Sanctions & Penalties against H-1B Sponsors Who Violate Laws

It is extremely important to utilize the services of an
Immigration Attorney when filing an
H-1B.  Small errors or oversights
can subject an employer to a
multitude of sanctions and penalties.  Our law firm works actively
with our clients to ensure the
maximum amount of protection from
such penalties.  In
addition to the fines and penalties
discussed below, willful violators
may be randomly investigated by the USCIS for a period of five years.  Click here to for more information about the H-1B.


$1,000 fine and one-year prohibition
from filing immigrant and
nonimmigrant visa petitions for
failure to meet strike or layoff
attestation; substantial failure to
meet working-condition attestation
or displacement attestation, posting
or recruitment attestations, or
misrepresentation of material fact
in the LCA; 

$5,000 fine and two-year prohibition
from filing immigrant and
nonimmigrant petitions for willful
failure to meet any attestation, or
willful misrepresentation of
material fact in the LCA; and

$35,000 fine and three-year
prohibition for willful failure to
meet an attestation condition, or
willful misrepresentation of a
material fact in an LCA, in the
course of which failure or
misrepresentation, a U.S. worker is
displaced during the period
commencing 90 days before filing the
application and ending 90 days after
filing the H-1B visa petition. 

$5,000 and prohibition from filing
petitions for two years for
retaliation against employees who
are ‘whistle blowers’.  The whistle
blower provision covers employees,
former employees, and applicants who
disclose information to the employer
or to “any other person” that the
“employee reasonably believes
evidences” is a violation of INA
§212(n).  Also protected by the
whistle blower provision are
employees, former employees, and
applicants who cooperate or seek to
cooperate in a proceeding or
investigation concerning the
employer’s compliance with INA
§212(n). The employer violates the
whistle blower provision by
intimidating, threatening,
restraining, coercing, blacklisting,
discharging, or in any other manner
discriminating against a whistle
The ACWIA allows an H-1B
nonimmigrant whistle blower to
continue to work in the U.S.
following retaliation by the

$1,000 penalty for requiring an H-1B
nonimmigrant to pay a penalty to the
employer for leaving the job prior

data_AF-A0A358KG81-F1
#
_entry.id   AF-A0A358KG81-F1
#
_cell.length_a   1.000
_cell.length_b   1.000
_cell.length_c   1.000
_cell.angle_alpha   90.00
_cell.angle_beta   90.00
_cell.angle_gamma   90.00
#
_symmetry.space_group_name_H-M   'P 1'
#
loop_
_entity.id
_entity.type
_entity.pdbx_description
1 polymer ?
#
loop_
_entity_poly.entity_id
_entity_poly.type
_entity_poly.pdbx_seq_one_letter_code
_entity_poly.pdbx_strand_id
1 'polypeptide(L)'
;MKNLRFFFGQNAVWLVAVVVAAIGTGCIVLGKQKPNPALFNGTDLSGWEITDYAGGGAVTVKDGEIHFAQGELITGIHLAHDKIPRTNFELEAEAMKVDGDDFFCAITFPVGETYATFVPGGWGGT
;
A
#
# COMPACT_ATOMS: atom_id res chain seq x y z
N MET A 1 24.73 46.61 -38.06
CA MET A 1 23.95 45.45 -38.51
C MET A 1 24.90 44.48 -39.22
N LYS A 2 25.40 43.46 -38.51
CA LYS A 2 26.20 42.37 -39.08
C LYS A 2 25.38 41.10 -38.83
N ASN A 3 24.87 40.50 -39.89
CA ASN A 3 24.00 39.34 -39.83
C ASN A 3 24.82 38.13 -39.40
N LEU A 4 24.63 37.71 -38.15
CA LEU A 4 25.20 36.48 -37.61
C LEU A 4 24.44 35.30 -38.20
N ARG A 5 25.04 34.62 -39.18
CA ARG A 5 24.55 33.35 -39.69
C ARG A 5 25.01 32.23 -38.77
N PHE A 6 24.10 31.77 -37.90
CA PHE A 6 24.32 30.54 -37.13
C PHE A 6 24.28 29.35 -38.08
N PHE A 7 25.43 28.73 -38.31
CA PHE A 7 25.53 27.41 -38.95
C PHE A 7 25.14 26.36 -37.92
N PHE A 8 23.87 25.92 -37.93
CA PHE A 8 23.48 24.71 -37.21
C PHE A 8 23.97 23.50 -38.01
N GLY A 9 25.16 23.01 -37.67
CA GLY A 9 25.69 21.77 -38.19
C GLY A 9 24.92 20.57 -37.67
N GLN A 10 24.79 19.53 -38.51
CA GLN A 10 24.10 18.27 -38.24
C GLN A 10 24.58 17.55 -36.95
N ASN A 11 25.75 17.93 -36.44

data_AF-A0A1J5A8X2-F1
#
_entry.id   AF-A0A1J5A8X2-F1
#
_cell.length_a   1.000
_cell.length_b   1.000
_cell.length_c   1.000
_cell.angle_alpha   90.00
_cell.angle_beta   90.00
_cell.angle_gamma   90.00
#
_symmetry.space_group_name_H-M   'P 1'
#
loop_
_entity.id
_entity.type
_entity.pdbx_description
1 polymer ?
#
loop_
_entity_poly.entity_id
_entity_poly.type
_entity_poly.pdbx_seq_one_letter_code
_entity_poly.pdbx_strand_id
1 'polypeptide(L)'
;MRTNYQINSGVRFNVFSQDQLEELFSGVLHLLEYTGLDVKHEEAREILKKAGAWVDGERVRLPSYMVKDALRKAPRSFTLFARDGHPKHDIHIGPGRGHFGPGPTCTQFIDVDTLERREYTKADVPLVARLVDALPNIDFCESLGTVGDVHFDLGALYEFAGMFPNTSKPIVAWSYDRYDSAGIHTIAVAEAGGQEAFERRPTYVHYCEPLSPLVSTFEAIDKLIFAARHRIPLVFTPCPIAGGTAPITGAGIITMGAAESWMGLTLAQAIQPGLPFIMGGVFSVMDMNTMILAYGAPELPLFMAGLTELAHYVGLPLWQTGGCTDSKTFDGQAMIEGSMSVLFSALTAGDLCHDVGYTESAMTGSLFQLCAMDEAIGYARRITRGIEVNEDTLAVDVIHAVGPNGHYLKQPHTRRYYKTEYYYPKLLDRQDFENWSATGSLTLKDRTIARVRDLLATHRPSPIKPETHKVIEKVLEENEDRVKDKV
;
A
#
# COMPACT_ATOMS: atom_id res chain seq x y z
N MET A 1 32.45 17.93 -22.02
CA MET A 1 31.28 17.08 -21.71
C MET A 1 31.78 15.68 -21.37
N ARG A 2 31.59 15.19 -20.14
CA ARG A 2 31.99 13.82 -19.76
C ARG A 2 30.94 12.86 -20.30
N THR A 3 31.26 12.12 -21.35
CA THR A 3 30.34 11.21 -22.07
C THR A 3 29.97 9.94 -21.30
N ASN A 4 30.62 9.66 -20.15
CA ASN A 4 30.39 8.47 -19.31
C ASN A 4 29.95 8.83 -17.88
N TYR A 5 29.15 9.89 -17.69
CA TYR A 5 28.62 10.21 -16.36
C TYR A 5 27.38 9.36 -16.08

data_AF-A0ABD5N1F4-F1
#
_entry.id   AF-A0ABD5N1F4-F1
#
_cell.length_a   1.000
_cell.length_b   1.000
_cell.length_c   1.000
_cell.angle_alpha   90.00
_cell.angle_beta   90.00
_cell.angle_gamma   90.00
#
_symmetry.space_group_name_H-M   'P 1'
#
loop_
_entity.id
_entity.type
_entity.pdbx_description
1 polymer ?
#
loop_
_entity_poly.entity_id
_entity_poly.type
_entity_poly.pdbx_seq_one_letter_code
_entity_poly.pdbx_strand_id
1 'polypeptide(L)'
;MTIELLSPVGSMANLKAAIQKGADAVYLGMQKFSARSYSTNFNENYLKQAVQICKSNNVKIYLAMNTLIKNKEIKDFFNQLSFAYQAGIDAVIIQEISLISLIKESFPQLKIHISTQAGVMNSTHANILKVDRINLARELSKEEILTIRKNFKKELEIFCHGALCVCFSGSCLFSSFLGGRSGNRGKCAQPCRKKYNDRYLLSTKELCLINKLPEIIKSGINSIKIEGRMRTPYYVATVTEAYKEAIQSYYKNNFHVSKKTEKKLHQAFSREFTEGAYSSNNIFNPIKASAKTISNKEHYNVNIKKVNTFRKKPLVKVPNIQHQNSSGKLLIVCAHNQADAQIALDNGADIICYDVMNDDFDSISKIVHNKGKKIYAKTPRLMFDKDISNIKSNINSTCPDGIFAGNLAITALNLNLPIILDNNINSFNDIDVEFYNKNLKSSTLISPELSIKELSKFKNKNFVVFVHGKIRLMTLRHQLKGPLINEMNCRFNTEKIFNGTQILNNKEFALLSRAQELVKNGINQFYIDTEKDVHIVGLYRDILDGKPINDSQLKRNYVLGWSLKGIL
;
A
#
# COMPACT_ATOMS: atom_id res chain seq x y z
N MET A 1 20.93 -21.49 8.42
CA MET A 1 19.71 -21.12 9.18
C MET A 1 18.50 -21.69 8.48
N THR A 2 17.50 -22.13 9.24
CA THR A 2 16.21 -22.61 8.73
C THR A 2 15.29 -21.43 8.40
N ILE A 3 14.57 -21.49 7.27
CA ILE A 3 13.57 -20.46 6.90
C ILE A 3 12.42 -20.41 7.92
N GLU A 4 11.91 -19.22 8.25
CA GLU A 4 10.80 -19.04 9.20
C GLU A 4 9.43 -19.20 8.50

to a contracted date.  Employer may
also be required to return the
amount paid to the H-1B nonimmigrant
unless the amount is purely
liquidated damages.

Penalty for benching an H-1B.  An
employer is in violation of the LCA
requirement at INA §212(n)(1)(A) for
placing an H-1B nonimmigrant in
unpaid nonproductive status due to a
decision by the employer “based upon
factors such as lack of work,” or
due to the H-1B nonimmigrant’s lack
of a permit or license. A violation
will be found for failure to pay
full-time wages to a full-time
employee, failure to pay a part-time
employee the part-time rate
identified in the visa petition,
failure to pay a new H-1B employee
within 30 days of admission, or
failure to pay a new H-1B
nonimmigrant already present in the
United States within 60 days of the
date the nonimmigrant becomes
eligible to work for the employer.
The prohibition against unpaid
nonproductive status does not apply
to nonproductive time due to
non-work related factors such as a
voluntary request by the
nonimmigrant for an absence like
maternity leave or circumstances
rendering the nonimmigrant unable to
work. The prohibition against unpaid
bench time also does not preclude a
“school or other educational
institution” from paying an annual
salary over fewer than 12 months if
it is an established practice and
the beneficiary agrees to it.

$1,000 penalty per violation and one
year’s disbarment from filing H-1B
visas, or $5,000 per willful
violation and two years disbarment
for an employer’s failure to offer a
job to a qualified U.S. worker or
misrepresenting the attestation as
required by INA §212(n)(1)(G).

If an H-1B nonimmigrant
is dismissed before the end of the
period of authorized stay, the
employer is liable for the costs of
return transportation to the
beneficiary’s foreign residence. Any
dismissal is covered, including one
for cause. The exception is when the
beneficiary voluntarily terminates
employment.  In addition, the
employer is now required to withdraw
the H-1B petition to ensure that it
is no longer obligated to pay the
required wage for the employee who
has been terminated.

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